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Why the Best Things in Life are Free (Even in Malibu)



Over the Memorial Day weekend, I needed to take a break from our collective grief

and did something I almost never do as a Southern Californian: go to the beach.


I hopped on the 101, headed west, and drove through the rolling hills of Calabasas and Agoura until I got to the cerulean blue waves of Malibu.


At its best, Malibu is one of the most beautiful places in Los Angeles County. Alabaster cliffs and sea reeds line the two-lane Pacific Coast Highway, and the verdant hills near Pepperdine feature some of the most exclusive real estate in California, if not the world.


At its worst, Malibu is overbuilt and overproduced. Built on top of each other, beachfront houses sometimes bear a closer resemblance to glamorous shanties than multimillion dollar properties. There doesn't seem to be any privacy; sometimes, the houses feel like they're begging to be whisked away by rising sea tides.


After mitigating Memorial weekend traffic, I found a plebeian beach and, more importantly, free parking. I took a sumptuous towel my mom gave me, sprayed on some suncreen, crossed the PCH, and found a lovely spot where I sat and meditated for 20-30 minutes.


Everything about those moment were delicious.


The warm sand, the sea air easing my modern anxiety, the snarly radio from a local camper, the site of a dad showing his 6-year-old son how to handle an overconfident kite, and the smile of a nearby, knowing stranger.


Yes, the best things in life are free.


And why is that?


Well, they're given to us by whatever force that created us. Whatever humanity needed in its most primal, pre-civilized state to be happy was already there. Think about it: intense stares over candlelight, belly laughter with long-lost friends, crisp, mountain air first thing in the morning, mangoes and sugar, and that "good tired" feeling after a thrilling and exhausted day living in your purpose. These things have been with us for centuries.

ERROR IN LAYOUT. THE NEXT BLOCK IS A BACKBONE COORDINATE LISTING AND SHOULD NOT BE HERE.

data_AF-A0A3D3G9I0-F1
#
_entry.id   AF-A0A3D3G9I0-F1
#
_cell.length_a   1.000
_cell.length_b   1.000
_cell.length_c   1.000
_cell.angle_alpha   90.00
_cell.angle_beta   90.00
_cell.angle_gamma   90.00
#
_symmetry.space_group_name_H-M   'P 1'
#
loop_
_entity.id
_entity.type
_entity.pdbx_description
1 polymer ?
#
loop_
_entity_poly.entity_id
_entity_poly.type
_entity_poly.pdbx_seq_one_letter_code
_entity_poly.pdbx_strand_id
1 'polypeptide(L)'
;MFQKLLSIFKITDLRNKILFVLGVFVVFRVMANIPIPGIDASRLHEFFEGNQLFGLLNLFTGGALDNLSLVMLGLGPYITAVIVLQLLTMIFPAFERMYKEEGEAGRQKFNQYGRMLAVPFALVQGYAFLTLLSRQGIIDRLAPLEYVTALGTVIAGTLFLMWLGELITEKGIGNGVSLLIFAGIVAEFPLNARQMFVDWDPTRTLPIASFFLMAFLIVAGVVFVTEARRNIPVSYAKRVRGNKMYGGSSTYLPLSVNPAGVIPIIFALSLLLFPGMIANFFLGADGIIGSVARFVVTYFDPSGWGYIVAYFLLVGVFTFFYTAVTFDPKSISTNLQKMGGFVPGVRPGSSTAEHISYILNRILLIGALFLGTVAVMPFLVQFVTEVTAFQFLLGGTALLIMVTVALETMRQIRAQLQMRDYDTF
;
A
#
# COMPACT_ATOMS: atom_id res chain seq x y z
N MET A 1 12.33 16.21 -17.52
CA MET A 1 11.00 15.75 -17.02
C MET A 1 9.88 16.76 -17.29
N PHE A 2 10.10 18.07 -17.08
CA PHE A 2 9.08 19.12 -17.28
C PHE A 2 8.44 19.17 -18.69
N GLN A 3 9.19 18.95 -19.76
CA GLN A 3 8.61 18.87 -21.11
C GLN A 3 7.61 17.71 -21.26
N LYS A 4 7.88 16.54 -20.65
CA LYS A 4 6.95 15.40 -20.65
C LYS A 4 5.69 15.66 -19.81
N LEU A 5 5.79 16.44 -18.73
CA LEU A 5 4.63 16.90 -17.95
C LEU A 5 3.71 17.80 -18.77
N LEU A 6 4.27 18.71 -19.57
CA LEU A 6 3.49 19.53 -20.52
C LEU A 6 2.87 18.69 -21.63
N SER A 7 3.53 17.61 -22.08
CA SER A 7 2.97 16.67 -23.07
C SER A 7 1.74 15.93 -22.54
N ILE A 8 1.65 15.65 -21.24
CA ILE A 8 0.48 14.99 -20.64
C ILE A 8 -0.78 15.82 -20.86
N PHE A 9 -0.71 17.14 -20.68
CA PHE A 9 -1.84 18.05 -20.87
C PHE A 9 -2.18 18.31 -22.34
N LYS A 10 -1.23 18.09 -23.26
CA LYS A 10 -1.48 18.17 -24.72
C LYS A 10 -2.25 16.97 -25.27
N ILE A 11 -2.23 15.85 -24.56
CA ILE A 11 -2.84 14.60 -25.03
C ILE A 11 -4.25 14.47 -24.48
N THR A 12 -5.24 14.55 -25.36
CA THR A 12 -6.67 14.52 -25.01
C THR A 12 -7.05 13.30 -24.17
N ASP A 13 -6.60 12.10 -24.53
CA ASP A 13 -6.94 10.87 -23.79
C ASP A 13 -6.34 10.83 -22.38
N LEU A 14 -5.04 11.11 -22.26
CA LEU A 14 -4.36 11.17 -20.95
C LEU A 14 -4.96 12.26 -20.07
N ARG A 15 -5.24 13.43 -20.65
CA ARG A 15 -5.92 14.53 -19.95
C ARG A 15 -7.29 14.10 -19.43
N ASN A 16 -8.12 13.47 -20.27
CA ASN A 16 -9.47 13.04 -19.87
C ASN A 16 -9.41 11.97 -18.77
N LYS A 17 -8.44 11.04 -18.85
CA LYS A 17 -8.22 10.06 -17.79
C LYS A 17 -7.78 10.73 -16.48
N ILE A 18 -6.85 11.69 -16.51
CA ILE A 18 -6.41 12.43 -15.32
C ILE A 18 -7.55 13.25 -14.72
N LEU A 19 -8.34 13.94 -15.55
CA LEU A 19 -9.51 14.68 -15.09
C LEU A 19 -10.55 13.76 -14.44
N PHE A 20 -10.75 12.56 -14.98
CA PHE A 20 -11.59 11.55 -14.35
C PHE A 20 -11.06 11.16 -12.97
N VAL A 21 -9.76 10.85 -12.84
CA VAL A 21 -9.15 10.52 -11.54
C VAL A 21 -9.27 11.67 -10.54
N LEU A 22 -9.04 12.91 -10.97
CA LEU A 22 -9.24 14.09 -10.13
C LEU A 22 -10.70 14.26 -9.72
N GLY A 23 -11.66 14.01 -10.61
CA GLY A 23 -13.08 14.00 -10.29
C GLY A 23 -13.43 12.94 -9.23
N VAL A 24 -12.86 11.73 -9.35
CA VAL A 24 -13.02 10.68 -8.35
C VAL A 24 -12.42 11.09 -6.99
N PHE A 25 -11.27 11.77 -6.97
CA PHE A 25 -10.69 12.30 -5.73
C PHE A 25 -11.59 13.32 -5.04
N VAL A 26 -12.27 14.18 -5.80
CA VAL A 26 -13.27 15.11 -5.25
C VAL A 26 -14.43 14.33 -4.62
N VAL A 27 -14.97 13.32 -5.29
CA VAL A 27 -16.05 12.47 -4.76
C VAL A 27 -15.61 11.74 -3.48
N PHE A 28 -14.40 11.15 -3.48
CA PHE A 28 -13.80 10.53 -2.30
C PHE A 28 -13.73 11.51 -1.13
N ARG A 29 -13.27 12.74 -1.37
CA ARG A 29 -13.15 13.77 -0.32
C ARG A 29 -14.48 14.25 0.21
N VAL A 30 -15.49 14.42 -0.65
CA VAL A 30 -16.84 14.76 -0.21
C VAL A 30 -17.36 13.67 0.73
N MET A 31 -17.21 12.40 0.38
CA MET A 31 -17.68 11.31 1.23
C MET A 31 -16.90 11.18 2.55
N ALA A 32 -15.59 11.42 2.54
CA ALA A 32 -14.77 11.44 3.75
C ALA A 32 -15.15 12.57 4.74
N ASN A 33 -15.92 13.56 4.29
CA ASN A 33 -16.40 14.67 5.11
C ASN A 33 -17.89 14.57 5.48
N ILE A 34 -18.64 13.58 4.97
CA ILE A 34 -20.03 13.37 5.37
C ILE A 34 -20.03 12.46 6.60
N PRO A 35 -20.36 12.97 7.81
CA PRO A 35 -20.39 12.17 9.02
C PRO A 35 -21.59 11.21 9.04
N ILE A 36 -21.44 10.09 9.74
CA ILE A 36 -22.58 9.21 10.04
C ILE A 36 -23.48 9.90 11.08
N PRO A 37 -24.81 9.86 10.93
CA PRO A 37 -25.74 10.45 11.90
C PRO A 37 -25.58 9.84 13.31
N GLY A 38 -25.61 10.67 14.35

We've just crapped it up in recent years via the Marketing Industrial Complex. It's all over our culture; if we just buy this or go spend that, we'll somehow Have It All. Treasuring the free things in life feels as though it's been relegated to something hokey, like a laminated wood sign you'd buy at Target and then never put up out of sheer stylistic embarrassment. Besides, why bother to count your blessings when you can always buy more?


As I drove home past Billionaires Row, I felt content and happy. I don't disparage people who live in luxurious estates or have a Rolls convertible as a weekend car; I really don't.

Good on them for adding more value, and I can only hope they did it in an ethical way.


But as I noticed the bored blond sitting in the passenger seat of the orange Lamborghini at a stoplight, I couldn't help but wonder, what's with the face? Was she happy? Or, was she and the greasy guy next to her planning their next purchase in an effort to feel something - anything - different from modern malaise?


The light changed. The best things in life have always been and will always be there (even in Malibu). You just have to be engaged with life enough to recognize and appreciate them.





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